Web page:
MacDougal Street

Coordinates: 40°43′49.866″N 74°0′0.247″W / 40.73051833°N 74.00006861°W / 40.73051833; -74.00006861
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MacDougal Street
The east side of MacDougal Street below Minetta Lane (2015)
LocationManhattan, New York City, New York, United States
Coordinates40°43′49.866″N 74°0′0.247″W / 40.73051833°N 74.00006861°W / 40.73051833; -74.00006861
North endWest 8th Street
South endPrince Street
EastSullivan Street
WestSixth Avenue
Nos. 82–96, part of the MacDougal–Sullivan Gardens Historic District
No. 115, The Players Theatre and Cafe Wha? in 2015
Nos. 127–131 are New York City landmarks

MacDougal Street is a one-way street in the Greenwich Village and SoHo neighborhoods of Manhattan, New York City. The street is bounded on the south by Prince Street and on the north by West 8th Street; its numbering begins in the south. Between Waverly Place and West 3rd Street it carries the name Washington Square West and the numbering scheme changes, running north to south, beginning with #29 Washington Square West at Waverly Place and ending at #37 at West 3rd Street.[1] Traffic on the street runs southbound (downtown).

MacDougal Street is named for Alexander McDougall, a merchant and Revolutionary War military leader. MacDougall is also the namesake of MacDougal Alley, a private cul-de-sac owned jointly by the residents of Washington Square North to its south and West 8th Street to its north, for whom it was created in 1833 for their stables. The alley runs east off MacDougal Street in the block between West 8th Street and Waverly Place/Washington Square North.

MacDougal Street has been called "the most colorful and magnetic venue for tourists on an evening outing in the Village".[2] It has been the subject of many songs, poems, and other forms of artistic expression, and has been frequented by numerous famous individuals.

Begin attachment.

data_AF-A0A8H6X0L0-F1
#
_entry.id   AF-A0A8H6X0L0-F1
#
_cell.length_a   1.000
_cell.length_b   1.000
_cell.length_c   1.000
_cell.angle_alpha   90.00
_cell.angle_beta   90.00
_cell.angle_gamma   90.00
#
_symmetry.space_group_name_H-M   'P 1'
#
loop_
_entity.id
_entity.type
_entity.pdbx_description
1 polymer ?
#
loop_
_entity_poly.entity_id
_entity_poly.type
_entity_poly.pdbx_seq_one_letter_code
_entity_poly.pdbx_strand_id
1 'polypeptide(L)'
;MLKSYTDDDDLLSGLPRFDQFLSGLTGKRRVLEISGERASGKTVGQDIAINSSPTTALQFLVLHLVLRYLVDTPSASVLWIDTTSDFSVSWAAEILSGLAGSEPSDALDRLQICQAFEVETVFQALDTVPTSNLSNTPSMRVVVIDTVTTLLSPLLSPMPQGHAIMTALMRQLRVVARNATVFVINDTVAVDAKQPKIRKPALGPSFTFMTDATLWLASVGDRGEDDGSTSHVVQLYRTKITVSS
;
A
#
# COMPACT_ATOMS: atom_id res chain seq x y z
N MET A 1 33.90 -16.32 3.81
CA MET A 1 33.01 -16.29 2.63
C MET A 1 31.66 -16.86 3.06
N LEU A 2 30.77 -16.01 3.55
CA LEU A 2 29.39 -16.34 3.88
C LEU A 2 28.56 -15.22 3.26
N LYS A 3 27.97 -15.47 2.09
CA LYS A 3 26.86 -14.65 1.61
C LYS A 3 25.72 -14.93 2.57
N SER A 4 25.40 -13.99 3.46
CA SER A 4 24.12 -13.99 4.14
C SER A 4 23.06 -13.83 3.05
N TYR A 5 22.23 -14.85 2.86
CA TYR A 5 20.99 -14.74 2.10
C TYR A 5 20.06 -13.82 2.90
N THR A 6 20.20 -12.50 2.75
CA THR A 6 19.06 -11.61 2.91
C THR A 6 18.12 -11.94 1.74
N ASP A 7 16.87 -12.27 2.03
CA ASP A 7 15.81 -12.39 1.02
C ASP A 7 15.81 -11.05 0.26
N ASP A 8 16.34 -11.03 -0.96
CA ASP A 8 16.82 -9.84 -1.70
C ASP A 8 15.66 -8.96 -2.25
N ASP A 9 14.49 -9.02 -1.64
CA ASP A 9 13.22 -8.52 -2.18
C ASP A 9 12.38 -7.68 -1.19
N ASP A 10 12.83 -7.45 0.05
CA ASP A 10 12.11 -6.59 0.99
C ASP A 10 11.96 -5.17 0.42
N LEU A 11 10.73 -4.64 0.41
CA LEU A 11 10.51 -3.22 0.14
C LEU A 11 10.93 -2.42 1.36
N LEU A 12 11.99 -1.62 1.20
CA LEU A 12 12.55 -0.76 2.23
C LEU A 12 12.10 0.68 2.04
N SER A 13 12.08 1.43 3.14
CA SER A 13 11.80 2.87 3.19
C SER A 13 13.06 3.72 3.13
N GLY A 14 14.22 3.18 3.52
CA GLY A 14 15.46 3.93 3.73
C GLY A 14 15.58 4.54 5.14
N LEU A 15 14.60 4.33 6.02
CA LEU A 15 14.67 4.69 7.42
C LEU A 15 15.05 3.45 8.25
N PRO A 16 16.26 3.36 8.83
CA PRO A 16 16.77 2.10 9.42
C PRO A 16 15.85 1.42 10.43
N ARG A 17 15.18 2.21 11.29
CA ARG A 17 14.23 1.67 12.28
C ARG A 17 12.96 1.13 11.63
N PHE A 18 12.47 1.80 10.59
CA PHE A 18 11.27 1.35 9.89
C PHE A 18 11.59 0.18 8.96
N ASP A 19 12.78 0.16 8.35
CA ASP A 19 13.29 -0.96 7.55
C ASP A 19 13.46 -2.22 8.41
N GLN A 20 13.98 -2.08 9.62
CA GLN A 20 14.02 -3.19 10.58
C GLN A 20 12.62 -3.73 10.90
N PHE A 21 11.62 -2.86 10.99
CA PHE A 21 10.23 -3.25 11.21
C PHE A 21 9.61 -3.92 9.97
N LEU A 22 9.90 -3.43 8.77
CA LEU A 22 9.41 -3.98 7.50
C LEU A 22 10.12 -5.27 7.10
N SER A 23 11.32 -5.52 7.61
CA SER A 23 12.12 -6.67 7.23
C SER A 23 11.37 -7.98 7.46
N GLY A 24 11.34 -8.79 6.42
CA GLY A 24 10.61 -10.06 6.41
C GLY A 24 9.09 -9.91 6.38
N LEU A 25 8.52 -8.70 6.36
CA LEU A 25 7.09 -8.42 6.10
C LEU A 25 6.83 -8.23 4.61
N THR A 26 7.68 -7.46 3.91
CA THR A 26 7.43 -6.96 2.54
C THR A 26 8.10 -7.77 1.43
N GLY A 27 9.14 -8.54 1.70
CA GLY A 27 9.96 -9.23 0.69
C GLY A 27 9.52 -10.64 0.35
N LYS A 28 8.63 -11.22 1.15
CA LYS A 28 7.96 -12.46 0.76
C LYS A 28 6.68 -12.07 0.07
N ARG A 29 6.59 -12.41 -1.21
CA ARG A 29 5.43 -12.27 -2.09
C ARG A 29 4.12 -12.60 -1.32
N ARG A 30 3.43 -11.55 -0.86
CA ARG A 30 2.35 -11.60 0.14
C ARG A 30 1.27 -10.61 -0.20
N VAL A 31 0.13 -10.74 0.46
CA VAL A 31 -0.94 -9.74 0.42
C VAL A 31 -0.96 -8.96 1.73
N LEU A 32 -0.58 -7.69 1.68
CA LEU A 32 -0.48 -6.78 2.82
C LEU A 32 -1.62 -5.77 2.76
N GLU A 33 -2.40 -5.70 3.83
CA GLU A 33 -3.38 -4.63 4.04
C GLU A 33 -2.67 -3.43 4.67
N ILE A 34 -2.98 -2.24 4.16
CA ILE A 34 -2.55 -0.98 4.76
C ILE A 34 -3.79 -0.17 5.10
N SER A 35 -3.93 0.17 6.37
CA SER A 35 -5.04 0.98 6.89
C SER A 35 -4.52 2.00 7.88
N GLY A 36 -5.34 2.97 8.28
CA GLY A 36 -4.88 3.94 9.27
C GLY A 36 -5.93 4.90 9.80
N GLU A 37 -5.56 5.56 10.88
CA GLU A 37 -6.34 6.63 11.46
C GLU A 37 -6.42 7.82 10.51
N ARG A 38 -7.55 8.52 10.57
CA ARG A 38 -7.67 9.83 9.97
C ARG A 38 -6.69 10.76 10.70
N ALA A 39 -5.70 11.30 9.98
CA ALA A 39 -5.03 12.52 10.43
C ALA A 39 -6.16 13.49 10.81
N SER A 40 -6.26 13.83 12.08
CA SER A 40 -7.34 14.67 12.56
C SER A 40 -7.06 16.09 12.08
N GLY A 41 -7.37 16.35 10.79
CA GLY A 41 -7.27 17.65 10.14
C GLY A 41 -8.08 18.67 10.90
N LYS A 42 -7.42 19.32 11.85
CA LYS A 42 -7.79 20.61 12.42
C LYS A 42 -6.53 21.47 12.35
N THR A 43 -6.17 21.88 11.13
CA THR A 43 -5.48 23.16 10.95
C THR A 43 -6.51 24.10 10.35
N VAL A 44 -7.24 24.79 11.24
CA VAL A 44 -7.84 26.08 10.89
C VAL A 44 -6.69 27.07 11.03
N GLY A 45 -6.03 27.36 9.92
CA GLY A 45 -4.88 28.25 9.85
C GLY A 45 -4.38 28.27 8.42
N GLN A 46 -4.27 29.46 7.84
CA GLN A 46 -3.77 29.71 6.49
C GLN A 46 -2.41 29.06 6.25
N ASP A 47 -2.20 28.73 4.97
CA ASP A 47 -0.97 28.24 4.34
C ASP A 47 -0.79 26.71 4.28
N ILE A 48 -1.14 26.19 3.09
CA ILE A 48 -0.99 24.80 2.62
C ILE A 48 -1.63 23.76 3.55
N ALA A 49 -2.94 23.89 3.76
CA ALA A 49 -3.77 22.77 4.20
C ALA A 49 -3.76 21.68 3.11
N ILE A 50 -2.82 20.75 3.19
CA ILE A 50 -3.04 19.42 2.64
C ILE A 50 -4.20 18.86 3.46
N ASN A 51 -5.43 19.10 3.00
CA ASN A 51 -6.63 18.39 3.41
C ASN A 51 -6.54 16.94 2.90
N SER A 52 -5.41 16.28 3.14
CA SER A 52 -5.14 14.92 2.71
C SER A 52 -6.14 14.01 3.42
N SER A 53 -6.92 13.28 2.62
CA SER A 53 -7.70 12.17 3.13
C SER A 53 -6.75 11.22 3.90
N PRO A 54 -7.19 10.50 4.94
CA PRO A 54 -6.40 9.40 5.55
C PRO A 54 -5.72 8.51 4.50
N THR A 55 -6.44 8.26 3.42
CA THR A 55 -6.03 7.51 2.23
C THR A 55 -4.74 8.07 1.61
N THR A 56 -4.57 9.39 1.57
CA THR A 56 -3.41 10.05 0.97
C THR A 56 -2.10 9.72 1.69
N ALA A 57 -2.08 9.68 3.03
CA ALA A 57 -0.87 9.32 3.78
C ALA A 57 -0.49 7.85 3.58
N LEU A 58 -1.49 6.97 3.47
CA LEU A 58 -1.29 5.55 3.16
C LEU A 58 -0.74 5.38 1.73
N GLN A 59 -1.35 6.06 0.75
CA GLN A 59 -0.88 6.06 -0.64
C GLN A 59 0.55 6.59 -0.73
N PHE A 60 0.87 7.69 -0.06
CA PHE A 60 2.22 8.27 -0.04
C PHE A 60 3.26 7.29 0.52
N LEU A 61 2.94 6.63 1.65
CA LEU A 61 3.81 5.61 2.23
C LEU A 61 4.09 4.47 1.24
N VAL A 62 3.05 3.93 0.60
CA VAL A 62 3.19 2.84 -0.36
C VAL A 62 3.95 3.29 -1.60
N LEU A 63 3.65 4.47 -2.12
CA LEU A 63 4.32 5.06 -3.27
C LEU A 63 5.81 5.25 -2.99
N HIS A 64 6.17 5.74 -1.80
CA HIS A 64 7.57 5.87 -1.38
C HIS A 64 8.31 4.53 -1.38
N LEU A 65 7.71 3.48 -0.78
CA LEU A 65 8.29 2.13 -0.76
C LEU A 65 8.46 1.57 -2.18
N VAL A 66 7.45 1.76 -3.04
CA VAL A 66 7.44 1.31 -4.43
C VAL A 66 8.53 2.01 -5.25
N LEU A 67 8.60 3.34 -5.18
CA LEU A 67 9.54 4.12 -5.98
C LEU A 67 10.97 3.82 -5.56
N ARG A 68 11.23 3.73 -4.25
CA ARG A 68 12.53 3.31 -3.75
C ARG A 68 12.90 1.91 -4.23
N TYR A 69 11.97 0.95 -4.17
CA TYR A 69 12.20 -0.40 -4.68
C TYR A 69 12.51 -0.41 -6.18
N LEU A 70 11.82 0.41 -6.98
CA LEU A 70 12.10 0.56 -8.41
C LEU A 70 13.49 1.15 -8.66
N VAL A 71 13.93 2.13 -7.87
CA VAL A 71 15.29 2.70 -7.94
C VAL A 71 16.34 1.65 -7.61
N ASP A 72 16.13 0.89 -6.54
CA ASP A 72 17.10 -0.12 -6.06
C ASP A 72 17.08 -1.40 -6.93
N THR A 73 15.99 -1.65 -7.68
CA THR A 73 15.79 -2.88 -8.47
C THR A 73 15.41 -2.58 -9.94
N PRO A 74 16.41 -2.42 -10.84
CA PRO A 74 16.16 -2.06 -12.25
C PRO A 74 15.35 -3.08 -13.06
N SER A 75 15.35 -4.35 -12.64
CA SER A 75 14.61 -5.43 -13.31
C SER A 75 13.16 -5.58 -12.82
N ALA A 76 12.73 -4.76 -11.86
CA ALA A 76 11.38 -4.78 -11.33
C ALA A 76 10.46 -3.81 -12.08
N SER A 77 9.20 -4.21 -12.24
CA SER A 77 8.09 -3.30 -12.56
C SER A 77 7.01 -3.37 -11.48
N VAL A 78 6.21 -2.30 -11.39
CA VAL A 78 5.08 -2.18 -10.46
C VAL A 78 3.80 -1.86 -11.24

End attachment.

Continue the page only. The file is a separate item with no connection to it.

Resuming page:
Historic locations and residents[edit]

MacDougal Street

Other notable residents include Francesco Carrozzini, Francesco Clemente, Diego Della Valle, John Hammond Jr., Baz Luhrmann, Pat Steir.[7] Alexander Calder bought a townhouse in the 1960s for his daughter Mary.[7]

Washington Square

MacDougal Alley

In media[edit]


  1. ^ Numbering in the streets around Washington Square Park begins at #1 in the northeast corner on Washington Square North (Waverly Place) and proceeds counter-clockwise to #87 on Washington Square East University Place.
  2. ^ White, Willensky & Leadon 2010, p. 138.
  3. ^ "Past Village Award Winners". GVSHP. Archived from the original on May 28, 2015. Retrieved May 29, 2015.
  4. ^ Dolkart & Postal 2009, p. 50.
  5. ^ a b White, Willensky & Leadon 2010, p. 141
  6. ^ a b c d e f g h i Jim Naureckas. "New York City Songlines: Macdougal Street". Retrieved December 5, 2013.
  7. ^ a b c "What Do Anna Wintour and Bob Dylan Have in Common? This Secret Garden" by Steven Kurutz, The New York Times, September 28, 2016
  8. ^ "Kettle of Fish", in The Villager 2007
  9. ^ Dolkart & Postal 2009, p. 58.
  10. ^ Bonetto, Cristian (July 1, 2016). Lonely Planet New York City. Lonely Planet Publications. p. 342. ISBN 978-1-76034-172-5.
  11. ^ "At 129 MacDougal, circa 1926, lesbian tearoom ruled", amNY, April 20, 2010
  12. ^ "Eve Adams' Tearoom",
  13. ^ École polyvalente Eva Kotchever (in French)
  14. ^ White, Willensky & Leadon 2010, p. 133.
  15. ^ Dunlap, David W. (2004). From Abyssinian to Zion: A Guide to Manhattan's Houses of Worship. New York: Columbia University Press. p. 271. ISBN 0-231-12543-7.
  16. ^ "NATIONAL HISTORIC LANDMARK NOMINATION: Whitney Museum of American Art".
  17. ^ "Stables and Studios Shoulder to Shoulder". The Washington Post. June 4, 1905. p. 6. Retrieved April 2, 2024.
  18. ^ Saga Beus, Sara Burkhart, Lulu Fleming-Benite, Nina Hood, Shu Han Liu, Ozana Pleminitash, Kristy Schwartzman, and Sarah Seiler. "Greenwich Village Artists: A Two-Part, Self-Guided Walking Tour".{{cite web}}: CS1 maint: multiple names: authors list (link)
  19. ^ Kiel, Mark. "Creating History". The Peorian. Retrieved April 2, 2024.
  20. ^ Farnsworth, P.T. (1907). The Craftsman: An Illustrated Monthly Magazine in the Interest of Better Art, Better Work, and a Better and More Reasonable Way of Living. United Crafts. pp. 57–69.
  21. ^ Schulz, Dana (August 17, 2020). "You can rent a rare carriage house on MacDougal Alley for $10K/month | 6sqft". Retrieved April 2, 2024.
  22. ^ Gupte, Pranay. "Macdougal Alley Passes a Milestone", The New York Times, August 19, 1973. Accessed December 22, 2008.
  23. ^ Illustrated Catalogue: National Academy of Design, Winter Exhibition. National Academy of Design. 1914.
  24. ^ "11 MacDougal Alley, New York (Photographs of James McBey's Homes)". Aberdeen Art Gallery. Retrieved September 11, 2022.


External links[edit]

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